Defendant, a used-car dealer, driving a 1961 Mercedes Benz automobile (although not owned by him, we will refer to the vehicle as defendant's vehicle) was traveling north on Highway 39 at a speed testified to by him as being 40-45 miles per hour in a 50-mile-per-hour zone. The lights of defendant's vehicle had been switched on for defendant testified it was starting to get dark. The date and hour of the events here in question were January 16 at about 7 p.m. The brakes and [246 Cal. App. 2d 210] headlights on defendant's vehicle were in good working order. His vehicle was equipped with new tires.

According to defendant driver's testimony, he was traveling north in the right hand lane of Highway 39. As he approached the intersection of Liberty Street and Highway 39, his attention was attracted to a shadow or movement near the center of the street. Defendant driver eased up on the accelerator and started gently to apply the brakes. Defendant driver did not see plaintiff until the impact between his vehicle and plaintiff's body. Defendant's car left 143 feet of tire marks in the right hand lane of Highway 39 which marks extended 18 feet beyond the point of impact. At about the time of the impact defendant driver testified he was pulling to the right to avoid plaintiff. At the point when defendant's car stopped after the accident, it was almost entirely off Highway 39 and on the right hand side of the highway.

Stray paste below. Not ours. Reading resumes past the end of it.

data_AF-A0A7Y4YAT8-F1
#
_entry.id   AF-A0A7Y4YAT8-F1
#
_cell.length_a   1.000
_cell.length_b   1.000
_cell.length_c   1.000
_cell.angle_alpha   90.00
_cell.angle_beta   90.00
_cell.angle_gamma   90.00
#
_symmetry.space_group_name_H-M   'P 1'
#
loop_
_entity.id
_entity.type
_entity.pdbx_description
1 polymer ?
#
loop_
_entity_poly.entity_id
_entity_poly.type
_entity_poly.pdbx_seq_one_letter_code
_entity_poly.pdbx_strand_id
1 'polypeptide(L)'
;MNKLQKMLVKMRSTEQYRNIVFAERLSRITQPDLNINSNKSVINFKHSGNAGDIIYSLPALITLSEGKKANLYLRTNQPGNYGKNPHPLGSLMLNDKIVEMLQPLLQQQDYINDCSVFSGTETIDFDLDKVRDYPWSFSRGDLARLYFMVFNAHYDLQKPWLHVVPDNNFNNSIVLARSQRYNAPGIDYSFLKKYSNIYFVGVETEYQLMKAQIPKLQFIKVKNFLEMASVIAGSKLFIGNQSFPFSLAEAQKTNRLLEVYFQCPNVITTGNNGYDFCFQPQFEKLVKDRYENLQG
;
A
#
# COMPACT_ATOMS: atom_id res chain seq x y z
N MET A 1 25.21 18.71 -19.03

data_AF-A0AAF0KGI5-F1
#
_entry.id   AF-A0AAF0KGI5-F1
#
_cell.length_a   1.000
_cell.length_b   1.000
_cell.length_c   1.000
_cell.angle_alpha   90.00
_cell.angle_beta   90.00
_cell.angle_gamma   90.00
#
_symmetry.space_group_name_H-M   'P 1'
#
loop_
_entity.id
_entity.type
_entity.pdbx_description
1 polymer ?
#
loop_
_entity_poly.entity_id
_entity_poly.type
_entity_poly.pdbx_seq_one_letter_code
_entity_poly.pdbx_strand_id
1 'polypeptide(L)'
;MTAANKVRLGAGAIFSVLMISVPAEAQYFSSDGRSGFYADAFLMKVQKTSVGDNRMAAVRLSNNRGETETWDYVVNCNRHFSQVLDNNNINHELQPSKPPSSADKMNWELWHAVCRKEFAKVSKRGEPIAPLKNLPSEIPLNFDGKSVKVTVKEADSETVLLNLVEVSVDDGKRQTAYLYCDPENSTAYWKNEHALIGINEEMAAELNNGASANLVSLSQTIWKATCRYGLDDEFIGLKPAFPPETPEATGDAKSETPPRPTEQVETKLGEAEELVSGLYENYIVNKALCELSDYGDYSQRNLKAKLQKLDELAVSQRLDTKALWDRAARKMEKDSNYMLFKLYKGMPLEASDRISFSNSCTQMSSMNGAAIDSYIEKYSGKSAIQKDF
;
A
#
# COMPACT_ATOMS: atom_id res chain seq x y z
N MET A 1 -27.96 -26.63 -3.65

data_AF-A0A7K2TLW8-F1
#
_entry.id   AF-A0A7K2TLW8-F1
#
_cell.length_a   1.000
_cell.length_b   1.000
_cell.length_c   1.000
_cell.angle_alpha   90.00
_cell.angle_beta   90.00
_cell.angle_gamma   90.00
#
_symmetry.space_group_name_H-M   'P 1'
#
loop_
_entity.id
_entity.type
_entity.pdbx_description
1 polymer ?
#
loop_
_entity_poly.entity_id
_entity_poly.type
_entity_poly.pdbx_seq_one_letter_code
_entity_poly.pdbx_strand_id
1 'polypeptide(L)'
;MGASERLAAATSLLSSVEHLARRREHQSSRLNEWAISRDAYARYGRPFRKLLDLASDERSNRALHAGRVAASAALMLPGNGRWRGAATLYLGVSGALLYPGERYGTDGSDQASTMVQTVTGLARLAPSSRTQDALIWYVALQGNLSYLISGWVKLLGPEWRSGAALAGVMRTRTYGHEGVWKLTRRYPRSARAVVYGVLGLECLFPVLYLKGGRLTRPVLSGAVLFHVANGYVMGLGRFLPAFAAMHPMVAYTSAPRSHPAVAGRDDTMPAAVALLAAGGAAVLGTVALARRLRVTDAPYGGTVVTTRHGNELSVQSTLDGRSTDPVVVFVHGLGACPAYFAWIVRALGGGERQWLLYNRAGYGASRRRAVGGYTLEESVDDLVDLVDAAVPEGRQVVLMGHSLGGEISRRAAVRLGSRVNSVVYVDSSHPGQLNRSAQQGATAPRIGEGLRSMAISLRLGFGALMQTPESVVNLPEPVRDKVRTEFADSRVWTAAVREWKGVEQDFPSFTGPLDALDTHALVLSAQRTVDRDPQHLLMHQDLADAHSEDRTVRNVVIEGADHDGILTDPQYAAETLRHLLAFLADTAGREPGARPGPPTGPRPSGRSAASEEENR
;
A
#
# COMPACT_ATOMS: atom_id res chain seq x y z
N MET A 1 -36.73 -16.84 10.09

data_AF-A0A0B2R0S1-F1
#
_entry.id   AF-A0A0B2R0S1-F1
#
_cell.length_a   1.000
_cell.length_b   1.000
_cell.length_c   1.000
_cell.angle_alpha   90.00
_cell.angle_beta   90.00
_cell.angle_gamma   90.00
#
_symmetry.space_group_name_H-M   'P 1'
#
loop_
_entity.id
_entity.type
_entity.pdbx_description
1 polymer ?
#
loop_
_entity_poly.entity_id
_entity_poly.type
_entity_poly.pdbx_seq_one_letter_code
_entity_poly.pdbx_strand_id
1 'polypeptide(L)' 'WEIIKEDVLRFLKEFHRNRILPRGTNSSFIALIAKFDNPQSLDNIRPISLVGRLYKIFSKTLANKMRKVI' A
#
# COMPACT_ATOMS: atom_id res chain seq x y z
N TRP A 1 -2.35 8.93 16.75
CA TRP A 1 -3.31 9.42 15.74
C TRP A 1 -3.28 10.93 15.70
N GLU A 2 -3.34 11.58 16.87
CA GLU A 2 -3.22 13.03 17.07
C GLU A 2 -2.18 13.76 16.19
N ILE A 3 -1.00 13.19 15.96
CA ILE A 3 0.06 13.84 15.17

Plaintiff was severely injured. Defendant's car had several dents on the left front fender.

On appeal plaintiff assigns as error (1) the giving of defendant's requested instruction No. 4 as modified; (2) the refusal to give plaintiff's instruction which set out the provisions of section 275, Vehicle Code; and (3) the refusal of the trial court to allow plaintiff to impeach on the grounds of surprise, a witness called by him.

Defendant's instruction No. 4 as given by the court read: "At the time of this accident, California Vehicle Code, section 21954 provided in part:

"(a) Every pedestrian crossing a roadway at any point other than within a marked crosswalk or within an unmarked crosswalk at an intersection shall yield the right-of-way to all vehicles upon the roadway.

"You are instructed that at the time of this accident plaintiff was not crossing Highway 39 in either a marked or an unmarked crosswalk."

Plaintiff's proposed but refused instruction read: "Crosswalk. 'Crosswalk' is either:

"(a) That portion of a roadway included within the prolongation or connection of the boundary lines of sidewalks at intersections where the intersecting roadways meet at approximately right angles, except the prolongation of such lines from an alley across a street.

"(b) Any portion of a roadway distinctly indicated for pedestrian crossing by lines or other markings on the surface. [246 Cal. App. 2d 211]

"California Vehicle Code--Sec. 275."